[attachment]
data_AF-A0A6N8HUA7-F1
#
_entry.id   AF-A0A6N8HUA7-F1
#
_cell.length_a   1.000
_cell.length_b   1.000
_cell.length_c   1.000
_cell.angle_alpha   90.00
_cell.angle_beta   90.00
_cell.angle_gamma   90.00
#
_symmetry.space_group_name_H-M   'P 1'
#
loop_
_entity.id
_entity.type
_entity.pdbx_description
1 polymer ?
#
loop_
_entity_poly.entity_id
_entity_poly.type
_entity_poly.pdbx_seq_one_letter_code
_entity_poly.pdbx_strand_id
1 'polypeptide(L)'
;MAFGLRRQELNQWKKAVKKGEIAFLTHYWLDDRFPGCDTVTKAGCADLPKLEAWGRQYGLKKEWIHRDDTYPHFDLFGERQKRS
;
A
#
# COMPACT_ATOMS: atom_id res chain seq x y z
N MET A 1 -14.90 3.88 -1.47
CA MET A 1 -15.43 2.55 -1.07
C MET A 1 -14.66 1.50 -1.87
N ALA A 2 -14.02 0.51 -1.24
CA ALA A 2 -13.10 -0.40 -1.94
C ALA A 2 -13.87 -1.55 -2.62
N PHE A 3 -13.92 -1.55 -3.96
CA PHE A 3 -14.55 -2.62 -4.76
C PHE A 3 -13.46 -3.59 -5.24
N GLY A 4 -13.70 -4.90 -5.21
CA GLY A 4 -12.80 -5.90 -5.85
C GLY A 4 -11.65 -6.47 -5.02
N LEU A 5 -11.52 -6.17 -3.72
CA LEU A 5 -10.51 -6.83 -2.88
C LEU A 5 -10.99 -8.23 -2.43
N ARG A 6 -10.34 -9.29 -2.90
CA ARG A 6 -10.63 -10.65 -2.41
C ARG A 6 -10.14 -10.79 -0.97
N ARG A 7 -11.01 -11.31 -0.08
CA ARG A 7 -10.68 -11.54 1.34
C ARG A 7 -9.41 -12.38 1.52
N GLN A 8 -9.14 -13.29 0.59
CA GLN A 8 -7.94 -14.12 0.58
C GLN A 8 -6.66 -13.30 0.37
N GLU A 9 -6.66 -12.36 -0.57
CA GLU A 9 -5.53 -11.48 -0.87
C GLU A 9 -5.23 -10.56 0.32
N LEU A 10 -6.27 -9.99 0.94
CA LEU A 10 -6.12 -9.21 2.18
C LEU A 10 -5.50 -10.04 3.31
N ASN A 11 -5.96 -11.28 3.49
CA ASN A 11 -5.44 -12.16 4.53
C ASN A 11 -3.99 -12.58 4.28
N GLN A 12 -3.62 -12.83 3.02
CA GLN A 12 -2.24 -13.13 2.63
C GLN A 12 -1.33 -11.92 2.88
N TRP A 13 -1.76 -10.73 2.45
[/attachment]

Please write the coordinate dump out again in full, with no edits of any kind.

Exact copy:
data_AF-A0A6N8HUA7-F1
#
_entry.id   AF-A0A6N8HUA7-F1
#
_cell.length_a   1.000
_cell.length_b   1.000
_cell.length_c   1.000
_cell.angle_alpha   90.00
_cell.angle_beta   90.00
_cell.angle_gamma   90.00
#
_symmetry.space_group_name_H-M   'P 1'
#
loop_
_entity.id
_entity.type
_entity.pdbx_description
1 polymer ?
#
loop_
_entity_poly.entity_id
_entity_poly.type
_entity_poly.pdbx_seq_one_letter_code
_entity_poly.pdbx_strand_id
1 'polypeptide(L)'
;MAFGLRRQELNQWKKAVKKGEIAFLTHYWLDDRFPGCDTVTKAGCADLPKLEAWGRQYGLKKEWIHRDDTYPHFDLFGERQKRS
;
A
#
# COMPACT_ATOMS: atom_id res chain seq x y z
N MET A 1 -14.90 3.88 -1.47
CA MET A 1 -15.43 2.55 -1.07
C MET A 1 -14.66 1.50 -1.87
N ALA A 2 -14.02 0.51 -1.24
CA ALA A 2 -13.10 -0.40 -1.94
C ALA A 2 -13.87 -1.55 -2.62
N PHE A 3 -13.92 -1.55 -3.96
CA PHE A 3 -14.55 -2.62 -4.76
C PHE A 3 -13.46 -3.59 -5.24
N GLY A 4 -13.70 -4.90 -5.21
CA GLY A 4 -12.80 -5.90 -5.85
C GLY A 4 -11.65 -6.47 -5.02
N LEU A 5 -11.52 -6.17 -3.72
CA LEU A 5 -10.51 -6.83 -2.88
C LEU A 5 -10.99 -8.23 -2.43
N ARG A 6 -10.34 -9.29 -2.90
CA ARG A 6 -10.63 -10.65 -2.41
C ARG A 6 -10.14 -10.79 -0.97
N ARG A 7 -11.01 -11.31 -0.08
CA ARG A 7 -10.68 -11.54 1.34
C ARG A 7 -9.41 -12.38 1.52
N GLN A 8 -9.14 -13.29 0.59
CA GLN A 8 -7.94 -14.12 0.58
C GLN A 8 -6.66 -13.30 0.37
N GLU A 9 -6.66 -12.36 -0.57
CA GLU A 9 -5.53 -11.48 -0.87
C GLU A 9 -5.23 -10.56 0.32
N LEU A 10 -6.27 -9.99 0.94
CA LEU A 10 -6.12 -9.21 2.18
C LEU A 10 -5.50 -10.04 3.31
N ASN A 11 -5.96 -11.28 3.49
CA ASN A 11 -5.44 -12.16 4.53
C ASN A 11 -3.99 -12.58 4.28
N GLN A 12 -3.62 -12.83 3.02
CA GLN A 12 -2.24 -13.13 2.63
C GLN A 12 -1.33 -11.92 2.88
N TRP A 13 -1.76 -10.73 2.45